Friday, May 22, 2015

Yellow roses and a koala in a cardboard dolls house

This cardboard dolls house caught my eye on Australian ebay:

Golden yellow is one of my favourite colours - and I love yellow roses! They have been "my" roses since, at our childhood home, I had a yellow rose outside my bedroom window, my sister had a pink rose outside hers - and Mum had deep red roses in the front yard!

The bowl of yellow roses is in the children's bedroom, upstairs right.

The parents' bedroom, upstairs left, has a dressing table with toiletries, an abstract rug - and lots of books! I like this house!

The clocks all say the same time, which is good - but they seem to be printed back to front! So it's back-to-front 3 o'clock.
This house is nearly complete - it's one of those where the bottom of the box it comes in forms the base of the house. Thankfully, the base is here - but the lid of the box is missing, so there is no information about the maker or the model, nor whether there would have been furniture included. There is one piece that suggests there might have been furnishings - a red and white striped cardboard rectangle, which I have placed in front of the kitchen sink, as a floor mat.

In the kitchen (downstairs right), the cupboards don't look very Australian to me - I thought perhaps it might be American?
But then in the living room (downstairs left):

there's a picture of a koala on the wall:

That doesn't mean it's Australian, of course - I could have a picture of elephants or tigers on my wall, without having to be in Africa or Asia ....

Here is the outside of the house - quite plain, a red brick base, yellow walls with brown timbering, and a tiled roof:
The doors and windows are attached only by one side, so they can open (some have actually torn off, but thankfully all are present).

The end with the kitchen and the children's bedroom has four opening windows (and the number 12, which a former owner has added!). The other end, with the living room and parents' bedroom, has a red brick chimney, with arched window openings on either side of the chimney, in the living room:
One additional feature I like - in both downstairs rooms, light fittings are printed on the ceilings!

This house came with plastic Blue-Box furniture, much of it broken. The red living room wing chairs are a good fit, so I may find others to use in it - and look through my plastic furniture for other suitable pieces.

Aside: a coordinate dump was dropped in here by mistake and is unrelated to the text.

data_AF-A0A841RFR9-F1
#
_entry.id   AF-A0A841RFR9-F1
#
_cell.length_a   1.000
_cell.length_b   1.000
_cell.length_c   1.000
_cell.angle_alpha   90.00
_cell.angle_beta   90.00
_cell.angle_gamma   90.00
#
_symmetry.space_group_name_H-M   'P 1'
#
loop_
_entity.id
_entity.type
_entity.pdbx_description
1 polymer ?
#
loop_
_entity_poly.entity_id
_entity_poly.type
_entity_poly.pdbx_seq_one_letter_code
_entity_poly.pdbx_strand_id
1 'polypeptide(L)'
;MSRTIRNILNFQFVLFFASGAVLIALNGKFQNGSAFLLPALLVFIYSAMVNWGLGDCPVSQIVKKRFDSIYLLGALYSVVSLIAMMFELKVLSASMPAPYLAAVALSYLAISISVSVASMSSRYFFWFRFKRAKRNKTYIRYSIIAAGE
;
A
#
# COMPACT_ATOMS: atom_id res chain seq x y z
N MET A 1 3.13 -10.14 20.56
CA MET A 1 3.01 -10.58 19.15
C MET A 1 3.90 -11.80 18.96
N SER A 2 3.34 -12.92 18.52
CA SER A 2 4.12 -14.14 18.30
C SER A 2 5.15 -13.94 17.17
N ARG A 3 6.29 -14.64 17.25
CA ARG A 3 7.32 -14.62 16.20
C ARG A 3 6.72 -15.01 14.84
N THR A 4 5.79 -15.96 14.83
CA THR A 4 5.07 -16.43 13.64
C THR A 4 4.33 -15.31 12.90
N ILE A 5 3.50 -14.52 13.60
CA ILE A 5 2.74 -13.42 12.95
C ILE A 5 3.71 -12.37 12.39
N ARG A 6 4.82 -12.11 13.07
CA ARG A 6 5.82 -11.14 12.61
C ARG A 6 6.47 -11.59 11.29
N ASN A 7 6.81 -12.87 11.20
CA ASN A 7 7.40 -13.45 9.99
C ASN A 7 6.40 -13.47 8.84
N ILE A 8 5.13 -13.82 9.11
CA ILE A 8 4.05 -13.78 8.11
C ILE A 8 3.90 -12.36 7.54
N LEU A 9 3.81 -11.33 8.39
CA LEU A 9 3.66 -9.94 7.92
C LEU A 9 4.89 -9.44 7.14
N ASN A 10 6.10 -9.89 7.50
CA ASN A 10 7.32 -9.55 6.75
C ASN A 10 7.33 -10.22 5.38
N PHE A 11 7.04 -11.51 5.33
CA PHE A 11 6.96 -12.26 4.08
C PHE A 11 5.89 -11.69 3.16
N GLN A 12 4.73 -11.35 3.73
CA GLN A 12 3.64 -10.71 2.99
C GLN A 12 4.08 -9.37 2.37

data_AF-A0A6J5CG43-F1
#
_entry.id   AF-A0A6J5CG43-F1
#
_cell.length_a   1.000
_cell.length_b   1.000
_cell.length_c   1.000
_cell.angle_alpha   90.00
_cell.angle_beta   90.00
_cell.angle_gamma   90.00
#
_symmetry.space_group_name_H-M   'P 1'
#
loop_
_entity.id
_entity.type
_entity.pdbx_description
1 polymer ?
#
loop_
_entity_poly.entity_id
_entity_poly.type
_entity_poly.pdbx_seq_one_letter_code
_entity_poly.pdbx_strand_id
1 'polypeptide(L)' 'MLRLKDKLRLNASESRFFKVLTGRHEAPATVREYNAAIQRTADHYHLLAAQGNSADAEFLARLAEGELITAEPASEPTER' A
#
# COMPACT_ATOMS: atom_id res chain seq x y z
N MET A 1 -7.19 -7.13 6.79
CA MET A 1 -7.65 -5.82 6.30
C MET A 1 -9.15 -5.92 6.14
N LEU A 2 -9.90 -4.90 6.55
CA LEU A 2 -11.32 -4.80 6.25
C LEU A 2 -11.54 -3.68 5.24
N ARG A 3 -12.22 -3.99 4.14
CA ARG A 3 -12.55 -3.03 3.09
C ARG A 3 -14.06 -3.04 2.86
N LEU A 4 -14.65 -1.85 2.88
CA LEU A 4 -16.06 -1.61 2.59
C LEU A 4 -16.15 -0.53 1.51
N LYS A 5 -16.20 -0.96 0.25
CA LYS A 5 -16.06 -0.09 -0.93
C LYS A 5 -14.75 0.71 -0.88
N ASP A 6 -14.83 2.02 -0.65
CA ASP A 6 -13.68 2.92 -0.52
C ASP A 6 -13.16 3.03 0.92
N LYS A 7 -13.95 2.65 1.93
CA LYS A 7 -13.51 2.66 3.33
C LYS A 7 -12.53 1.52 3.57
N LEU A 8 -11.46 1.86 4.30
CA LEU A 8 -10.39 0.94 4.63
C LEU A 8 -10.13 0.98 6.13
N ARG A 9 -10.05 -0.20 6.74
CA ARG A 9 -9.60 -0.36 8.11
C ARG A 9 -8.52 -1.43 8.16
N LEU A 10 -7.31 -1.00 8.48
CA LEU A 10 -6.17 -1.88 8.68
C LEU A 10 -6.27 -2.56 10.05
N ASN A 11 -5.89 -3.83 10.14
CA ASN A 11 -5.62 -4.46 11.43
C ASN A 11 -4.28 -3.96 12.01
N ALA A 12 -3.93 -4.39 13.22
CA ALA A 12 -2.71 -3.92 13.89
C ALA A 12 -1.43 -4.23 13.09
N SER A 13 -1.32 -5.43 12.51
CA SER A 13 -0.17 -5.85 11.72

Does anyone recognise this cardboard dolls house? I'm guessing it was made in the 1960s, largely because of the television, but would love to know a more exact date - and of course, the maker!

(I do still have photos of the displays at the Sydney Dolls House fair to show. I have been without a functioning phone/internet line since late last week, after reporting a crackly line - now it's working again (touch wood), and I was keen to show you this lovely house! The display photos will come soon :-)  )

Wednesday, May 13, 2015

My buys at the Sydney Miniatures and Dolls House Fair 2015

I've been back from my holiday for a week, and I want to show you what I bought at the fair. Unfortunately, one of the things I picked up last weekend was a good dose of the flu, and I am still not up to taking new photos of everything - so here are the photos I took on my mobile phone, in my hotel room in the evenings.

After saying hello to Norma Bennett and Anna-Maria, I made my way to one of the few stalls that consistently has a few vintage pieces - Diana Simms'. She did have some vintage and antique dolls, but none that said 'buy me!' These are not really vintage, but I like them: plates hand painted by Judy Keena, and a plate of egg & toast soldiers by unknown.

When I went back the next day, I had a rummage through Diana's boxes - and she kindly provides an empty one, so you can take out things you've looked at as you go, and see what's right at the bottom. I found two lovely paintings by Turner, published as cigarette cards with gold borders, a Wills cigarette card of Beechworth in Victoria (where yummy apple juice comes from!), plus a jumper, two beanies and a scarf.

As I was leaving Diana's stall on the second day, I noticed these bevelled mirrors, so I went back towards the end of the fair and bought one of each of these three shapes: an oval, an octagon and a circle.

At the back of the hall I found Robyn's Minis, whom I've bought from at a previous fair. She said she had more old things in the morning, but had sold a lot. The food was marked as $1 each, but she reduced it to 50c!!!